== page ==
This interdisciplinary study tackles such topics as Ginsberg’s and Kerouac’s uses of racial and ethnic stereotypes prevalent in the popular movies of the 1950s era; the uses and limitations of improvisation as a creative tool in literature, jazz, and film; Kerouac’s use of cinematic metaphor to evoke Buddhist concepts; and intersections of the grotesque and carnivalesque in works as seemingly diverse as autobiographical novels by Kerouac, a radio play by Antonin Artaud, cultural theories of Gilles Deleuze and Félix Guattari, and the boisterous lunacy of Three Stooges farce. Deftly threading literary, musical, and cinematic works with a colorful array of critical theories, Screening the Beats illuminates the relationship between American culture and the imaginative forces of the Beat Generation.


front cover of Screening The Body
Screening The Body
Tracing Medicine’s Visual Culture
Lisa Cartwright
University of Minnesota Press, 1995

front cover of Screening the Gothic
Screening the Gothic
By Lisa Hopkins
University of Texas Press, 2005

Filmmakers have long been drawn to the Gothic with its eerie settings and promise of horror lurking beneath the surface. Moreover, the Gothic allows filmmakers to hold a mirror up to their own age and reveal society's deepest fears. Franco Zeffirelli's Jane Eyre, Francis Ford Coppola's Bram Stoker's Dracula, and Kenneth Branagh's Hamlet are just a few examples of film adaptations of literary Gothic texts. In this ground-breaking study, Lisa Hopkins explores how the Gothic has been deployed in these and other contemporary films and comes to some surprising conclusions. For instance, in a brilliant chapter on films geared to children, Hopkins finds that horror resides not in the trolls, wizards, and goblins that abound in Harry Potter, but in the heart of the family.

Screening the Gothic offers a radical new way of understanding the relationship between film and the Gothic as it surveys a wide range of films, many of which have received scant critical attention. Its central claim is that, paradoxically, those texts whose affiliations with the Gothic were the clearest became the least Gothic when filmed. Thus, Hopkins surprises readers by revealing Gothic elements in films such as Sense and Sensibility and Mansfield Park, as well as exploring more obviously Gothic films like The Mummy and The Fellowship of the Ring. Written in an accessible and engaging manner, Screening the Gothic will be of interest to film lovers as well as students and scholars.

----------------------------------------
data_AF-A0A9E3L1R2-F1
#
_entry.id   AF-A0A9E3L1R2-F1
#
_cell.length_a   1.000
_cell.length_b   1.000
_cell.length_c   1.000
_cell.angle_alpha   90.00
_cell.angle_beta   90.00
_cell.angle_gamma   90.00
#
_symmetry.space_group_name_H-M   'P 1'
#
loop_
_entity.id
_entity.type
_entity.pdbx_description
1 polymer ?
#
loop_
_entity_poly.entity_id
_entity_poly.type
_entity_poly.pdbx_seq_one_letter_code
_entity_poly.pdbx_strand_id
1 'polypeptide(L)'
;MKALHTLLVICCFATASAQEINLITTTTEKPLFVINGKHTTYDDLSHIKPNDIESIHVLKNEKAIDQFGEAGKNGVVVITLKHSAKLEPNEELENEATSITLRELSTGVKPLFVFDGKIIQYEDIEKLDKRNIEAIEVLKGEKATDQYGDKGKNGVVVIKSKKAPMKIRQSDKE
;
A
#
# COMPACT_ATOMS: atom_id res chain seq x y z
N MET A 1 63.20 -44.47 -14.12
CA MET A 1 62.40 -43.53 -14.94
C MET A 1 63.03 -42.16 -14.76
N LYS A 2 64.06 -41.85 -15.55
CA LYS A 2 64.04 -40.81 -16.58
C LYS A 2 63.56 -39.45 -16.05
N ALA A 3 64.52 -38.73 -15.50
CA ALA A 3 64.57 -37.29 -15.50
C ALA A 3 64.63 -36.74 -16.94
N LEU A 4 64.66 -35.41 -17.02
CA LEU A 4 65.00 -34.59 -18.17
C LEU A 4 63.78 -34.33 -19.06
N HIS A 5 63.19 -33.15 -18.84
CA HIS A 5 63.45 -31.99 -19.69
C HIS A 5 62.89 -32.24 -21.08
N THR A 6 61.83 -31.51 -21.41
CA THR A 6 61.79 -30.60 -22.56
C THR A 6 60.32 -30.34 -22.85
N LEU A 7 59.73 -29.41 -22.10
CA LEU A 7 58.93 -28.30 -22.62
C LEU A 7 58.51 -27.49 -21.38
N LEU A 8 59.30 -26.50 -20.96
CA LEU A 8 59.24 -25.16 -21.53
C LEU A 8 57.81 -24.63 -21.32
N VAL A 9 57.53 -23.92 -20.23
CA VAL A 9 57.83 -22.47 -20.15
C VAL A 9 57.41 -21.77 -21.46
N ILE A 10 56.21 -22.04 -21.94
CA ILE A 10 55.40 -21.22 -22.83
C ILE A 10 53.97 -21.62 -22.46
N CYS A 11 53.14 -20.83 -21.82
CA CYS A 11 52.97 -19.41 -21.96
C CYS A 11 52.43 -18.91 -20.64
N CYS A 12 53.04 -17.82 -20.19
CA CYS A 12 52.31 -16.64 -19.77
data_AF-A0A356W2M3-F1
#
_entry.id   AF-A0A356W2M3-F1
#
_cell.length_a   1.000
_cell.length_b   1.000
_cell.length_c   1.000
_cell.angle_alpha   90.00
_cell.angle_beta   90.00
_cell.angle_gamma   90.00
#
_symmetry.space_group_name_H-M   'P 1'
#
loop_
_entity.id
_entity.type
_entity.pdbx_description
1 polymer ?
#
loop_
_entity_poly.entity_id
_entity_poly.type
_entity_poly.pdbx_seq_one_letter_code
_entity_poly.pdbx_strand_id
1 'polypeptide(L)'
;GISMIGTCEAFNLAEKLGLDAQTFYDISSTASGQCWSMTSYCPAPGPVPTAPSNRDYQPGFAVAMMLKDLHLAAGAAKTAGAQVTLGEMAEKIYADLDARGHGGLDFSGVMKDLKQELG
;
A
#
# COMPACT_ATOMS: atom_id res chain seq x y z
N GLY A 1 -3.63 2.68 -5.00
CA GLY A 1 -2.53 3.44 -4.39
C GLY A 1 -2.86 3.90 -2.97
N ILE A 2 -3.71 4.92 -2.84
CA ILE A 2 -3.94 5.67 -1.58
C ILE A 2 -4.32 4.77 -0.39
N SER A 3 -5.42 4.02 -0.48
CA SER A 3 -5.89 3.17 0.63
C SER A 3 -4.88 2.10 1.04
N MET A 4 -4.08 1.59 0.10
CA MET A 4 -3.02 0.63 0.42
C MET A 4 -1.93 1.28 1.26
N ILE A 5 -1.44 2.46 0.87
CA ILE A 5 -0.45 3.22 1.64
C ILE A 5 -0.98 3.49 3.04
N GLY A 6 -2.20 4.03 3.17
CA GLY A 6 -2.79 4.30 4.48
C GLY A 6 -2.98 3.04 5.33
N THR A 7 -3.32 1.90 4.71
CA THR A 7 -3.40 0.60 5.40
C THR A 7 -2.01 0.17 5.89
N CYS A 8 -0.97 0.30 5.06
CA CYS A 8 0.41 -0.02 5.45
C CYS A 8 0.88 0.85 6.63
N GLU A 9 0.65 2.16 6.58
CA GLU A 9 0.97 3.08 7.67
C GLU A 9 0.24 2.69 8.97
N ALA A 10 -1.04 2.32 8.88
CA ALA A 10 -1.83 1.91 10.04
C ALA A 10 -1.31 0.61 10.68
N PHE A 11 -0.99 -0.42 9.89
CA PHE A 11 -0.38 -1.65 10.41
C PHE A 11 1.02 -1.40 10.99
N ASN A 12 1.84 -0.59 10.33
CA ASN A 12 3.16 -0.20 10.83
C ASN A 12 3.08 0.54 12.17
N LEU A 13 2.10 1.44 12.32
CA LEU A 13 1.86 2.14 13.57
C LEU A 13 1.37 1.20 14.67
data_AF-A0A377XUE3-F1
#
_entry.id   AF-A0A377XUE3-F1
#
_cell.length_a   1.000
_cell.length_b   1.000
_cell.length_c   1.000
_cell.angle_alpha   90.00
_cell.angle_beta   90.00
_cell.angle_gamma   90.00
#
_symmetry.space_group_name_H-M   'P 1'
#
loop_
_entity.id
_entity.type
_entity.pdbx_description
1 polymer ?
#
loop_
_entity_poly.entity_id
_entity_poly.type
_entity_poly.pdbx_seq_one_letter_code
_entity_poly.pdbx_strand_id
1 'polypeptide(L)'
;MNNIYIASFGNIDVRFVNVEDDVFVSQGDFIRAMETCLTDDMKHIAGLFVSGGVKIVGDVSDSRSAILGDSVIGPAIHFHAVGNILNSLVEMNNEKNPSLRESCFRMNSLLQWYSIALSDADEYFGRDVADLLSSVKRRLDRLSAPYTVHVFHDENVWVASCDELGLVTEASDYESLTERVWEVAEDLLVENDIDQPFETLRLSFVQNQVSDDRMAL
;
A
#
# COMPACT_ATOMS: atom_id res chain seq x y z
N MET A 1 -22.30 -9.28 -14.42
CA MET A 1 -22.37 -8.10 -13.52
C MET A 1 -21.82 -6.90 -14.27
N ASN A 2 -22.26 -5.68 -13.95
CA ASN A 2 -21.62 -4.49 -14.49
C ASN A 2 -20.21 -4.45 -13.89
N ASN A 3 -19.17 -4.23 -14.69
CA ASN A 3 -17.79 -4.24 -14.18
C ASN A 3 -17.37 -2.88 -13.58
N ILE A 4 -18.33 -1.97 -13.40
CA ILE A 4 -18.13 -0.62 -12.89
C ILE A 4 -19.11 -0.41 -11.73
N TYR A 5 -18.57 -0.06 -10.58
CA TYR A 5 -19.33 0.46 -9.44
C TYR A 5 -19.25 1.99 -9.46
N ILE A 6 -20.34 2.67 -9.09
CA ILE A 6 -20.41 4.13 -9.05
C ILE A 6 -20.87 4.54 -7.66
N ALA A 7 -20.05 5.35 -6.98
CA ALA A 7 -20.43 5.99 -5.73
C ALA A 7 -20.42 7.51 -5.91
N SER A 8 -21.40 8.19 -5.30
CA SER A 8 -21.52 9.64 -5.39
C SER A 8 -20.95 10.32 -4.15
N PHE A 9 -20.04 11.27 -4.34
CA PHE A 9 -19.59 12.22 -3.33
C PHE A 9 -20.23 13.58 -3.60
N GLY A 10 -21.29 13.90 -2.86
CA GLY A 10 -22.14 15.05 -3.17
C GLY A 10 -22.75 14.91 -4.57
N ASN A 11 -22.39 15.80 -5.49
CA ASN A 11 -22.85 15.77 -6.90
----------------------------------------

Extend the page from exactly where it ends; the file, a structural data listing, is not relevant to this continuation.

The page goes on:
front cover of Screening the Gothic in Australia and New Zealand
Screening the Gothic in Australia and New Zealand
Contemporary Antipodean Film and Television
Jessica Gildersleeve
Amsterdam University Press, 2022
The persistent popularity of the detective narrative, new obsessions with psychological and supernatural disturbances, as well as the resurgence of older narratives of mystery or the Gothic all constitute a vast proportion of contemporary film and television productions. New ways of watching film and television have also seen a reinvigoration of this ‘most domestic of media’. But what does this ‘domesticity’ of genre and media look like ‘Down Under’ in the twenty.first century? This collection traces representations of the Gothic on both the small and large screens in Australia and New Zealand in the twenty.first century. It attends to the development and mutation of the Gothic in these post. or neo.colonial contexts, concentrating on the generic innovations of this temporal and geographical focus.